In the good old days of Technicolor® musicals, Judy and Mickey would decide to put on a show in their parents barn. Because of everyones high spirits and some ultra professional production values, the farm or the mill or whatever was in peril of foreclosure would be saved and there would be a triumphant finale full of dazzling songs and dances that would send the audience home with a smile on their collective lips and a song in their collective hearts. Alas, not even Judy and Mickey could save CONNIE AND CARLA, even if they brought Liza, Barbra, and Dietrich in tow in Priscilla, Queen of the Desert. For reasons not adequately explained, it is left to Debbie Reynolds to leap into the breach. This dreary little misfire is as stale as the cabaret routines that it tries to both make sport of and to glamorize.
Written and co-produced by Nia Vardalos, who scored big on all counts with MY BIG FAT GREEK WEDDING, it purports to be a screwball comedy about two less that bright bulbs, the eponymous duo (Vardalos and Toni Collette), on the run from gangsters who have killed once and arent afraid to kill again. The reason the script gives is that our gals have witnessed a murder, but one can be forgiven if they think that the hit is out on them because of the quick-change pastiche of show tunes that they perform nightly at an airport lounge in Chicago. Connie and Carla decide to go undercover, using their real names for some reason, as drag queens doing a cabaret act West Hollywood. Of course, theyre a hit and of course they get semi-famous locally, and of course one of them falls for hunky straight guy, Jeff (David Duchovny), and cant let on that shes a real woman instead of a gender illusionist twice over.
The jokes are recycled, badly, from among others, VICTOR/VICTORIA, but without the sly wit, SOME LIKE IT HOT, but without the pizzazz, and LA CAGE AUX FOLLES, but without the sparkle, though Lord knows there are several cubic feet of both sequins and glitter up there on screen. The sight gag of seeing the women in the extreme drag makeup is funny the first time for about a half-second, and then is just irksome. The proceedings go from silly to stupid to tiresome, at which point there is still over an hour to go before the end credits roll. In order to cover all bases, it also takes time out to deliver a public service message against Botox® and eating disorders. As if all that werent bad enough, the script lurches through a subplot involving Jeff and his estranged drag queen brother that is like nothing so much as the Queer Eye® version of an afterschool special. Perhaps we are supposed to puddle up as the film screeches into pathos gear just before lobbing another low-rent burlesque-style cliche at us. Its a waste of a perfectly lovely performance by Stephen Spinella (LOVE! VALOR! COMPASSION!), who as the brother isnt given any new ground to cover in this clumsily derivative script, but does infuse some genuine dignity into his character and more class than the rest of the flick in toto.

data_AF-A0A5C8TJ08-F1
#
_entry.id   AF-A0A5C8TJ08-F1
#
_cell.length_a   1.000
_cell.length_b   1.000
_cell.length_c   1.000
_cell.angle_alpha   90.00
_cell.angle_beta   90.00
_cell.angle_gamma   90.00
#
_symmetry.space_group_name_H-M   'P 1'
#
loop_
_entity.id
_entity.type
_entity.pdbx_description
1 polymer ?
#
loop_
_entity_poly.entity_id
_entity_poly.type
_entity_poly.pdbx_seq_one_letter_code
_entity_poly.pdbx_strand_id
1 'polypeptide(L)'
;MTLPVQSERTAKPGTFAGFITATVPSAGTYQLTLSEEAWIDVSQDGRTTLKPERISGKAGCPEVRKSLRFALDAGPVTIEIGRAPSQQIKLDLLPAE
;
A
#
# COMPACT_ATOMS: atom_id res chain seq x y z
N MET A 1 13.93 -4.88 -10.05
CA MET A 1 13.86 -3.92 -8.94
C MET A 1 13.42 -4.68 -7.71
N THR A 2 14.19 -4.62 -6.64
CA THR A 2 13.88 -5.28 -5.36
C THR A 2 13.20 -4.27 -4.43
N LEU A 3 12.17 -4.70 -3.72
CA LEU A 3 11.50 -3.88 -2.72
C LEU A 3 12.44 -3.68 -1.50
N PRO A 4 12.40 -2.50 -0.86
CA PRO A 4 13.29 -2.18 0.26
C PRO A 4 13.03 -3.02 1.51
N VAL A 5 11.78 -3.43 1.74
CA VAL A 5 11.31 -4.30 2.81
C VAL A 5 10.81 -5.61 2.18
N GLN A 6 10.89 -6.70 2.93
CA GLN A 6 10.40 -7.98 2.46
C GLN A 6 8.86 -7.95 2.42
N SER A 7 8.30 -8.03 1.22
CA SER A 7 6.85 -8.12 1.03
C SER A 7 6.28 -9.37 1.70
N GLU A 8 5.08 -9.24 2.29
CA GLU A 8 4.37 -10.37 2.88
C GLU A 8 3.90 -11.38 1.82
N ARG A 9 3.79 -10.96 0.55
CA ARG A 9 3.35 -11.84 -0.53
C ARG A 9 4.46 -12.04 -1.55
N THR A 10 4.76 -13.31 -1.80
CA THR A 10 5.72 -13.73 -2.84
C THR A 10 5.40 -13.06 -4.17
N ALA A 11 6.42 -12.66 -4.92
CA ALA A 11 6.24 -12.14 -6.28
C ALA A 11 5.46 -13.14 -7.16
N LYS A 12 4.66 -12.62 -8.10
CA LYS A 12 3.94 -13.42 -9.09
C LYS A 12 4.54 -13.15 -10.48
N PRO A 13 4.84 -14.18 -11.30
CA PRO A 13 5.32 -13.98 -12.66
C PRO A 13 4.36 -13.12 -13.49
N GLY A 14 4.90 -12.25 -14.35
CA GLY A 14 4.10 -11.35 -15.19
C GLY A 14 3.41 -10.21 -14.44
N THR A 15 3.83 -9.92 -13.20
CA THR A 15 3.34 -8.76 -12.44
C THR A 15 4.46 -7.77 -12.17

Vardalos spends the movie jumping and screaming, whether in joy or in fear with a fixed stunned look on her overcosmeticized face. Its usually an effective expression no matter how much eye shadow shes sporting and entirely in keeping with the one-joke nature of the film. Collette is much the same, and here is much of a philosophical nature to ponder when one sees an actress of her caliber doing schtick. Because she is a goddess, she achieves an atoms worth of depth but with such thin material, even she is left hanging by a thread with nowhere to go but down until she and the audience have reached the slough of despond. A decidedly subdued Duchovny plays his part as though he were trying to be invisible.
CONNIE AND CARLA has a thrown together feel to it, much like those interminable musical numbers the ladies perform constantly used as filler to make the proceedings feature in length, and the stupefyingly out of synch conversation about whether non-vets can call Vietnam just Nam. Granted, Vardalos was under a fair amount of pressure having to follow up a blockbuster of an indie film that took everyone by surprise with its success with something that would establish her as more than a fluke. Creative juices dont always flow on demand and theres only so much time a person can ride on past success in Tinsel Town. If CONNIE AND CARLA serves no other purpose, and it doesnt, let it be as an object lesson in putting speed over content.